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Hong Kong economy

Hong Kong is the 9th most expensive city in the world for expats, ahead of Singapore at 21st: survey

Rents are not factored into rankings, but study finds day-to-day items from petrol to a cup of coffee in city are pricier than in New York and London

PUBLISHED : Tuesday, 12 December, 2017, 6:06pm
UPDATED : Tuesday, 12 December, 2017, 11:01pm

Hong Kong is back in the top 10 most expensive cities for expatriates in 2017, driven by the higher prices of goods and a stronger currency, according to a survey on cost of living.

On Tuesday, human resources consultancy ECA International released its findings, showing that the city, which fell out of the top 10 last year, rose two places to the 9th spot in global rankings. The study takes into account the costs of daily expenses such as food, petrol and clothing.

Among priciest cities in the Asia-Pacific region for expats, Hong Kong rose three places to the 2nd position, after Tokyo. Singapore, a rival financial hub to Hong Kong, ranked 9th among Asia-Pacific cities and 21st in the world.

Meanwhile, Tokyo fell to the 8th place in global rankings, losing its number one spot last year to Luanda in Angola.

“Faster rates of price increase in Hong Kong combined with a strengthening of the dollar against the yen both contributed to Hong Kong leapfrogging many of the Japanese locations that were ranked above it last year,” Lee Quane, Asia regional director at ECA International, said.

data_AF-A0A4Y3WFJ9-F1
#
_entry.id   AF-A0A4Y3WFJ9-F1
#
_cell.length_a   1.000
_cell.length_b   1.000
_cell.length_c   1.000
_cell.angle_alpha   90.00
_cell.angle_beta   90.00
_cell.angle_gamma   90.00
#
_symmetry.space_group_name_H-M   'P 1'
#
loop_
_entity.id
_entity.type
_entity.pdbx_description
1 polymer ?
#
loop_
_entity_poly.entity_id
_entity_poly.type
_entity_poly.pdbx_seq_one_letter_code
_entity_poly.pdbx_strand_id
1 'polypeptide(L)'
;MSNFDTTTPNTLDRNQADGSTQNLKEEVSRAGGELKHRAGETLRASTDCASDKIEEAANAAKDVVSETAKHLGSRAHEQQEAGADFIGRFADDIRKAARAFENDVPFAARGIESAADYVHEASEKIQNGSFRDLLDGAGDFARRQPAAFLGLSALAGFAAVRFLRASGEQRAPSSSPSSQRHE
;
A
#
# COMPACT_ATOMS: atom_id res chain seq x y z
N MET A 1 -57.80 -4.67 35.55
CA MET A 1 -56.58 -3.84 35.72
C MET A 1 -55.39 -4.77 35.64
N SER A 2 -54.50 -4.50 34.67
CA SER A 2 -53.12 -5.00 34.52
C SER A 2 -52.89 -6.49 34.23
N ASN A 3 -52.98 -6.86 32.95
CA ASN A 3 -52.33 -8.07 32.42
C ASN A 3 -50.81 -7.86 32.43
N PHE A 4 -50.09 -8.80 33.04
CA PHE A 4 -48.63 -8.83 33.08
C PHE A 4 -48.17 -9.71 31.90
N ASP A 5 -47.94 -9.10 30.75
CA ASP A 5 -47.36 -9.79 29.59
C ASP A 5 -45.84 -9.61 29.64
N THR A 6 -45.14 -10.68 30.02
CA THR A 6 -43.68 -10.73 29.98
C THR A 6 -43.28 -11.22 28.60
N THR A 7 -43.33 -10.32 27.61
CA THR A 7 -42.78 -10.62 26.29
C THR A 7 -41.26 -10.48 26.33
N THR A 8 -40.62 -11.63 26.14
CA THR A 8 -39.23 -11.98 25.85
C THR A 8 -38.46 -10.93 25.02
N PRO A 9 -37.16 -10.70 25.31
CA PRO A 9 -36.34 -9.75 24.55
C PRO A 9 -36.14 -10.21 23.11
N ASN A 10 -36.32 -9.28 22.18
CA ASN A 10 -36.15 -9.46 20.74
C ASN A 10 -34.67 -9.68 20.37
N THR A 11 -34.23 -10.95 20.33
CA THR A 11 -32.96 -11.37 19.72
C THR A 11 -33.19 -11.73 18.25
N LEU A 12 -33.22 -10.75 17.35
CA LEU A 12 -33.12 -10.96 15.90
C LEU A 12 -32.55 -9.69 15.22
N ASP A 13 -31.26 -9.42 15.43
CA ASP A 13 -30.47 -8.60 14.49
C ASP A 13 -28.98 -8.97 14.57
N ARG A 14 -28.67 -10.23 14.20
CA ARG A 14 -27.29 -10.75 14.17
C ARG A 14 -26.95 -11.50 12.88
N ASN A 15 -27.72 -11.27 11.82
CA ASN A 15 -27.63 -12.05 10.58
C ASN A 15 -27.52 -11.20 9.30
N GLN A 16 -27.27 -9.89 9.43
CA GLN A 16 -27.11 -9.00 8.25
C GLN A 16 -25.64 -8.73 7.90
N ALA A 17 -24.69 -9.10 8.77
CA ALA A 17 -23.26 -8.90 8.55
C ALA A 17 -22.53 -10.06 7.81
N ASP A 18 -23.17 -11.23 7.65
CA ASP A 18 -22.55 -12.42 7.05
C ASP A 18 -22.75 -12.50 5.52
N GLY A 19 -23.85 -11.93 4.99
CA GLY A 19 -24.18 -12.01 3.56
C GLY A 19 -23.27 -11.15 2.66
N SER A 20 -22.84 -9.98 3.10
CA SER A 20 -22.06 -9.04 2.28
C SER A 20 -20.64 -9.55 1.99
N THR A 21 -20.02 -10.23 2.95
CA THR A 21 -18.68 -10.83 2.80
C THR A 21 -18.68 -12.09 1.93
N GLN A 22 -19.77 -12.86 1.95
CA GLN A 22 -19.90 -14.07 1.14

Why are Hong Kong’s expats still down in the dumps about living in the city?

The Hong Kong dollar strengthened more than 2 per cent against the Japanese yen over the past year.

According to the survey, a litre of petrol in Hong Kong costs US$2.13 – 142 per cent higher than in New York. A medium-sized cup of cappuccino in Hong Kong costs US$4.77, 40 per cent more than in London, while beer at a local bar costs US$11.90, 41 per cent more than even in Luanda.

The survey compared prices of about 160 day-to-day consumer goods and services in 262 cities. It has been conducted twice a year for more than 45 years.

Although rents were not considered, the record-high property prices in Hong Kong could have contributed to the rise in prices of other items, Quane said.

“Obviously, if commercial rents go up, restaurants need to charge more for meals.”

Grace Park, a 25-year-old Korean who moved to Hong Kong five years ago, said the city’s ranking was lower than she expected. “I thought Hong Kong would be the second or third most expensive in the world,” she said.

Park said she found it nearly impossible to save money, as her rent takes up more than half of her salary. “The reason I’m staying in Hong Kong even though it’s so expensive is that it’s a great city to stay, especially for people in their 20s,” Park said.

Anastasia Tan, a 21-year-old Indonesian, found Hong Kong’s food prices a “shock” when she came to Hong Kong four years ago.

“Eating at a normal restaurant that are not cha chan teng in Hong Kong could easily reach up to HK$100 to HK$200. But back in Jakarta, with that price, it’s equivalent to a buffet meal in a five-star hotel.”

Tan also believed dining costs were much higher than four years ago.

“Restaurants didn’t raise it drastically, especially those big catering companies – they lifted the price around HK$2 every six months or a year. But looking back from now, it does feel like the price has been raised quite a lot,” Tan said.